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Building a Cybersecurity Pipeline through Experiential Virtual Labs and Workforce Alliances

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Conference

2019 ASEE Annual Conference & Exposition

Location

Tampa, Florida

Publication Date

June 15, 2019

Start Date

June 15, 2019

End Date

June 19, 2019

Conference Session

A Technology Potpourri I

Tagged Division

Engineering Technology

Tagged Topic

Diversity

Page Count

12

DOI

10.18260/1-2--32481

Permanent URL

https://peer.asee.org/32481

Download Count

111

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Paper Authors

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Jorge Crichigno University of South Carolina

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Jorge Crichigno received the Ph.D. degree in computer engineering from the University of New Mexico, Albuquerque (NM), USA. He is an Associate Professor in the Integrated Information Technology Department in the College of Engineering and Computing at the University of South Carolina, Columbia (SC), USA. His current research interests are in the areas of network and protocol optimization for high-throughput high-latency systems, and Internet measurements for cyber security. Dr. Crichigno has served as reviewer and TPC member of journals and conferences such as IEEE Transactions on Mobile Computing, IEEE Globecom, and as panelist for the National Science Foundation. He is a member of the IEEE Computer Society and an ABET evaluator representing the IEEE.

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Sadia Ahmed Northern New Mexico College

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Assistant Professor, Chair
College of Engineering and Technology
Northern New Mexico College

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John H. Gerdes University of South Carolina

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Dr. Gerdes is an Associate Professor in the Department of Integrated Information Technology in the College of Engineering and Computing at the University of South Carolina. Research interests include Web Data Mining, Anonymity, Cybersecurity Electronic Commerce.

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Robert G. Brookshire University of South Carolina

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Dr. Robert G. Brookshire is a Professor in the Integrated Information Technology Department in the College of Engineering and Computing at the University of South Carolina, Columbia, SC. He is the director of the Master of Health Information Technology program. He holds an A.B. from the University of Georgia, an M.Ed. from Georgia State University, and a Ph.D. from Emory University. He has taught at New York University, North Texas State University, the University of Virginia, and James Madison University. He is the co-author of Using Microcomputers for Research (Sage Publications, 1985), and his articles have appeared in the Journal of Computer Information Systems, BYTE, Social Science Computer Review, Legislative Studies Quarterly, The European Journal of Operational Research, and other journals. He is past president of the Organizational Systems Research Association and editor of the Information Technology, Learning, and Performance Journal from 2001 to 2011.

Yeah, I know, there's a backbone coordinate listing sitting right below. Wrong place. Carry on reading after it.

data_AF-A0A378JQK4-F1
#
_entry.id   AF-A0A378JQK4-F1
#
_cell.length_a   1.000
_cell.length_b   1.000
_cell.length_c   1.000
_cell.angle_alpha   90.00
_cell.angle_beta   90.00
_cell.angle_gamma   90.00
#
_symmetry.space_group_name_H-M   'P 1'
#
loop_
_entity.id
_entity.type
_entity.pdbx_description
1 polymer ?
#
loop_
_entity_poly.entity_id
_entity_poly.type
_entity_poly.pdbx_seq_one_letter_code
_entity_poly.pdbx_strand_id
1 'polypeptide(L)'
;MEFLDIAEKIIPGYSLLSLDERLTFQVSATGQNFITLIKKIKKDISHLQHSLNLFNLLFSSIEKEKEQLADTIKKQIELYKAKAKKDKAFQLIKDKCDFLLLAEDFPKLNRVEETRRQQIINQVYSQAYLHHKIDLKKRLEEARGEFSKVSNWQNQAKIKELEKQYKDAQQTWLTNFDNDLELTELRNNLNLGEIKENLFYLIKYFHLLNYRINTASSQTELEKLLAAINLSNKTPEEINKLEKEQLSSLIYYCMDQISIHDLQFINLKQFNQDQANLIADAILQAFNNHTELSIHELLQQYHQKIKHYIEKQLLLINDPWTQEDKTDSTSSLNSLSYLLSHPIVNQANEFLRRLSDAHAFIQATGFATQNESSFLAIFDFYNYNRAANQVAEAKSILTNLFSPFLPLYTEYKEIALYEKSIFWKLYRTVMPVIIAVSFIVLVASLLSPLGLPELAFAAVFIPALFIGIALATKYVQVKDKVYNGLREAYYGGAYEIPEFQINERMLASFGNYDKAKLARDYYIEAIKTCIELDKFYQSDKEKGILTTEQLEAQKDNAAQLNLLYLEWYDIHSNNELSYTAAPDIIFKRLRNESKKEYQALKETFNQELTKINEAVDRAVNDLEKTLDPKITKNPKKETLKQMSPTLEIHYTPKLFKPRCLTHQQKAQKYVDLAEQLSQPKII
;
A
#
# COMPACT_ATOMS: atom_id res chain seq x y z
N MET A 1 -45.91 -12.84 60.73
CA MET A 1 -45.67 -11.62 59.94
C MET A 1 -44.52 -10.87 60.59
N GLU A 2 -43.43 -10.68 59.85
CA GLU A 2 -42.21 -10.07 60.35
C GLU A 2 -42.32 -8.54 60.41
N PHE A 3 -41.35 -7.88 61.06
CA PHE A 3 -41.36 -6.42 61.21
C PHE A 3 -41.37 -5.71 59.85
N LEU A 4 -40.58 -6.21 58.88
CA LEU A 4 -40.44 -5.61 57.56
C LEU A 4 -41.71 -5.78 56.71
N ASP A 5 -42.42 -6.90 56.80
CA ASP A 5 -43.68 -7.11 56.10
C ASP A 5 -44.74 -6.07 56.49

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Abstract

This paper describes a project led by the University of South Carolina (USC) to address the cybersecurity workforce gap. The project creates curricular material based on virtual laboratories (vLabs). As vLabs are developed, they are adopted and tested at USC and Northern New Mexico College (NNMC), the main partnering institution in this project. These vLabs consist of virtual equipment (e.g., virtual network, virtual router, virtual firewall) emulating complete systems on-demand running in NETLAB. NETLAB is a widely used platform for training purposes across the country, with more than 1,000 institutions currently using it. USC and NNMC have also established an alliance with industry organizations and with Los Alamos National Laboratory (LANL) and Savannah River National Laboratory (SRNL) to establish internship opportunities. Currently, student interns are not only exercising technical skills but also developing soft skills such as team work and time management. Finally, in partnership with manufacturer leaders, the project permits students to earn industry certificates. These certificates are aligned with the guidelines for “Information Technology Curricula 2017 for IT programs” by the IEEE/ACM. Specifically, the guidelines indicate that IT should emphasize “learning IT core concepts combined with authentic practice” and “use of professional tools and platforms.” Hands-on vLabs activities show that providing access to computing technologies (e.g., professional next-generation firewalls, routers) used in the work environment eases the transition of students from academia to the workplace.

Crichigno, J., & Ahmed, S., & Gerdes, J. H., & Brookshire, R. G. (2019, June), Building a Cybersecurity Pipeline through Experiential Virtual Labs and Workforce Alliances Paper presented at 2019 ASEE Annual Conference & Exposition , Tampa, Florida. 10.18260/1-2--32481

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